A Letter to My 20-Year-Old Daughter
Dear 20-Year-Old Daughter,
Here we are. It’s the eve of your 20th birthday. We’re spending it in our typical low-key fashion. You’re on your laptop working on homework. There’s a cookie cake resting on the counter that has already been halfway eaten (devoured). We’re passing the time watching funny commercials that are rudely interrupted by a football game that we couldn’t care less about. Life’s moving along at its leisurely pace tonight, but I can’t shake the feeling that the slowness of this evening is mocking us. When I take a moment to realize that in less than a few hours you’ll be 20-years-old, I realize that time has raced past us without full appreciation.
It’s taken me by surprise. That’s probably because of that unrealistic notion of time that I have, which you, your dad, and sister like to poke fun at. You know what I’m talking about. It’s when I say something happened “the other day” when it was likely that it happened two or three months – years – ago. Time is just like that for me. It’s stagnant. Until it’s not. Right now, in this moment, the dam has broken and time’s waves are rushing at me like a tidal wave of epic proportions.
Twenty years ago, on this night, I was two weeks past my twentieth birthday, walking the halls of the hospital waiting for you to arrive and avoiding that epidural needle. “Just let me get through this episode of Beverly Hills, 90210,” I told the nurse when she wanted to move the process along. Time control was a power I thought I possessed. Well it turns out the joke is on me because somewhere along the way you went to being a newborn to twenty and I soared from twenty to forty. Just. Like. That.
I don’t want to scare you. I don’t want you to think you’re going to wake up tomorrow and be blowing out forty candles on your birthday cake. But it will get here quicker than you think because we can’t harness time and we certainly don’t have the power to stop it. As shocking as it is to comprehend that twenty years can go by so fast, I’ve learned a few things that might serve you well during your next two decades.
Give yourself room to grow. Don’t hold on too tightly to the idea of who you should be. Allow yourself to grow into the person you will be. Some days you’ll feel confused about who you are. Other days you’ll see a clear image when you look in the mirror. The you of yesterday won’t always be the you of today. Keep your core values, those standards you’ve set for yourself, close to your soul and the growing pains won’t be so intense or scary. One thing to let go of during this time is expectation. Holding on to expectation will strangle opportunity and you’ll wake up one day wondering how you got where you are. Life is a journey. Make sure you travel, meet new people, immerse yourself in a variety of situations, but remember you are the navigator. You can define the route and choose how you’ll get to the next stop.
Protect your heart. It’s a fragile organ that feels deeply and is susceptible to bouts of unrealistic expectations, disappointment, and pain. Don’t stop loving others, but do so while respecting your boundaries. This is probably one of the hardest lessons to learn and something that I think continues until we die. I feel like I should tell you to love freely without worry or care, but no one has ever accused me of being a romantic. Maybe my 90-year-old self will write a letter to your 70-year-old self with a corrected version of how to love. For now, though, I say love without expectation and love yourself first. When we love ourselves and respect who we are, love gains momentum and flows freely from us bathing everyone we meet in goodness, respect, and dignity.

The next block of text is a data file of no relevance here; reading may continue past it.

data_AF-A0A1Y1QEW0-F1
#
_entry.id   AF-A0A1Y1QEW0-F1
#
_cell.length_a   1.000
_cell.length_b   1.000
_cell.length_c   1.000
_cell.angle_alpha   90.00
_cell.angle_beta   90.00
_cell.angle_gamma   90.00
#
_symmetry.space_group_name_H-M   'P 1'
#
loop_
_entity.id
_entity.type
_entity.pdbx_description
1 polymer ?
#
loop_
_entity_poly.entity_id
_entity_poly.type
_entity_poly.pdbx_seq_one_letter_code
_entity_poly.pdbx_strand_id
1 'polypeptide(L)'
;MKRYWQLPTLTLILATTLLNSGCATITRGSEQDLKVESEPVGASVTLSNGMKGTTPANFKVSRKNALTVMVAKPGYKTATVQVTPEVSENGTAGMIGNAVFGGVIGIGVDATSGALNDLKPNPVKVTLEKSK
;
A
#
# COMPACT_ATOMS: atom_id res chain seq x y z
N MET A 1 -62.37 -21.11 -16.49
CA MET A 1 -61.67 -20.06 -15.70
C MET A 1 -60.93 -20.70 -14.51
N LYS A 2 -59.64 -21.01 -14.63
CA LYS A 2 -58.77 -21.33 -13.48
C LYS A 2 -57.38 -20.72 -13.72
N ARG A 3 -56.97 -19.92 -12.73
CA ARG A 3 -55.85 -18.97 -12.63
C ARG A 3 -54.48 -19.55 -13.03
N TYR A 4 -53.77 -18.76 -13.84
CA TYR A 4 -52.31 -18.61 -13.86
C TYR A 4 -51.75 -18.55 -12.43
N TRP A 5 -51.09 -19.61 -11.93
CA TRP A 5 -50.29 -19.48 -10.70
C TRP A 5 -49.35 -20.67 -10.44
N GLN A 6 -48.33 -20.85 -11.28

Share your gifts. You may not know what that gift is yet. Some people have tangible gifts like the gift of writing or singing, but I find that more people have gifts that you can’t gather into a box and slap a label on it. Those gifts can be harder to identify, but they are equally as important to cultivate. That’s why you need to give yourself time to get to know you. Eventually you’ll find that one special part of you that’s uniquely yours and you must resist the urge to hide it from the world. Share it openly and proudly.
Learn to work with others. Compromise, assertiveness, understanding, working through adversity, and compassion are skills we must learn as we grow. Working with others can be frustrating at times. Often, you’ll feel like you’re not being heard and you’re being held back. It’s when we figure out how to work through conflict that we move forward – together.
Choose happiness. Life is a series of choices and no matter what choice we make there will be consequences. I think that when we choose happiness, 100% of the time the consequences are favorable to our well-being. We’re not in jobs we hate, friends with people who suck the life from us, and we’re not held prisoner by loathing and self-despair. Find people and experiences that make you happy, not things.
So, I guess that’s it. You know how much I hate cards? I think I just gifted you the ultimate card for your birthday. It’s a little cheesy, overly sentimental, and long-winded, but I’m okay with that. Twenty years from now, I’ll write you another one that’s just as mushy because as I get older I’m not so afraid of being emotional. Although, I still resist crying in public.
Happy birthday, oldest daughter. I hope this next decade brings you happiness, fulfillment, and an abundance of love.
Piper is the author of the bestselling Amazon novels, The Waiting Room and Missing Girl. She is a Midwestern girl with a So-Cal soul and an NYC wardrobe. A habitual truth-bender turned novelist, Piper seeks to explore the many levels of humanness in her tales.
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